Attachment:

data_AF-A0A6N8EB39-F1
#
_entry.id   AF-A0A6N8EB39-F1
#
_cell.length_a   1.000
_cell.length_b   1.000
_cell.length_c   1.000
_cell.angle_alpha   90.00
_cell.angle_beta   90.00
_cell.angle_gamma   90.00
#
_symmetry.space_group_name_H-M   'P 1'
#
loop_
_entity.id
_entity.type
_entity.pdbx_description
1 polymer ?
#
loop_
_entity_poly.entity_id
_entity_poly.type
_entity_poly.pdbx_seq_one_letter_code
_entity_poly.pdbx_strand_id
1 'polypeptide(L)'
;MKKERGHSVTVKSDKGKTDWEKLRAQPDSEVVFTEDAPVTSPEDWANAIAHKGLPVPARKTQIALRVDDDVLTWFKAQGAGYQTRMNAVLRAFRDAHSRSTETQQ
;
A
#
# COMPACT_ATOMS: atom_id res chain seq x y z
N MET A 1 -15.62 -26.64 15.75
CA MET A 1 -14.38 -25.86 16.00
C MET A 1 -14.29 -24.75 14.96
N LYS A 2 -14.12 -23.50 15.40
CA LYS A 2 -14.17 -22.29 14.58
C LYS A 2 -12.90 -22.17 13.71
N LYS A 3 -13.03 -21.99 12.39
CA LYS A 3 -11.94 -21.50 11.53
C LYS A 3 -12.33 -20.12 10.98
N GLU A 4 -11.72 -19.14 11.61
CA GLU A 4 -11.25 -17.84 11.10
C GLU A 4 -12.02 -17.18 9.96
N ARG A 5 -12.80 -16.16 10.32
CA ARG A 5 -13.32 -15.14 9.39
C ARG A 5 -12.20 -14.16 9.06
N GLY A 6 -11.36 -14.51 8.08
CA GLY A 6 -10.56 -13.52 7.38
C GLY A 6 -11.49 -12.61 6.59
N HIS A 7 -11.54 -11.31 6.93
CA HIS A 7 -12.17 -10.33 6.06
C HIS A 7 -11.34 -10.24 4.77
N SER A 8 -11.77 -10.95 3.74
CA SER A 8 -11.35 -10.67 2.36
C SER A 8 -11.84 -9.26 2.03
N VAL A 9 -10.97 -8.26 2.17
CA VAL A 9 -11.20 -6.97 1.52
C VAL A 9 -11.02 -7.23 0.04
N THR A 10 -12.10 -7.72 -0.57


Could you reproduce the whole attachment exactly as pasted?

data_AF-A0A6N8EB39-F1
#
_entry.id   AF-A0A6N8EB39-F1
#
_cell.length_a   1.000
_cell.length_b   1.000
_cell.length_c   1.000
_cell.angle_alpha   90.00
_cell.angle_beta   90.00
_cell.angle_gamma   90.00
#
_symmetry.space_group_name_H-M   'P 1'
#
loop_
_entity.id
_entity.type
_entity.pdbx_description
1 polymer ?
#
loop_
_entity_poly.entity_id
_entity_poly.type
_entity_poly.pdbx_seq_one_letter_code
_entity_poly.pdbx_strand_id
1 'polypeptide(L)'
;MKKERGHSVTVKSDKGKTDWEKLRAQPDSEVVFTEDAPVTSPEDWANAIAHKGLPVPARKTQIALRVDDDVLTWFKAQGAGYQTRMNAVLRAFRDAHSRSTETQQ
;
A
#
# COMPACT_ATOMS: atom_id res chain seq x y z
N MET A 1 -15.62 -26.64 15.75
CA MET A 1 -14.38 -25.86 16.00
C MET A 1 -14.29 -24.75 14.96
N LYS A 2 -14.12 -23.50 15.40
CA LYS A 2 -14.17 -22.29 14.58
C LYS A 2 -12.90 -22.17 13.71
N LYS A 3 -13.03 -21.99 12.39
CA LYS A 3 -11.94 -21.50 11.53
C LYS A 3 -12.33 -20.12 10.98
N GLU A 4 -11.72 -19.14 11.61
CA GLU A 4 -11.25 -17.84 11.10
C GLU A 4 -12.02 -17.18 9.96
N ARG A 5 -12.80 -16.16 10.32
CA ARG A 5 -13.32 -15.14 9.39
C ARG A 5 -12.20 -14.16 9.06
N GLY A 6 -11.36 -14.51 8.08
CA GLY A 6 -10.56 -13.52 7.38
C GLY A 6 -11.49 -12.61 6.59
N HIS A 7 -11.54 -11.31 6.93
CA HIS A 7 -12.17 -10.33 6.06
C HIS A 7 -11.34 -10.24 4.77
N SER A 8 -11.77 -10.95 3.74
CA SER A 8 -11.35 -10.67 2.36
C SER A 8 -11.84 -9.26 2.03
N VAL A 9 -10.97 -8.26 2.17
CA VAL A 9 -11.20 -6.97 1.52
C VAL A 9 -11.02 -7.23 0.04
N THR A 10 -12.10 -7.72 -0.57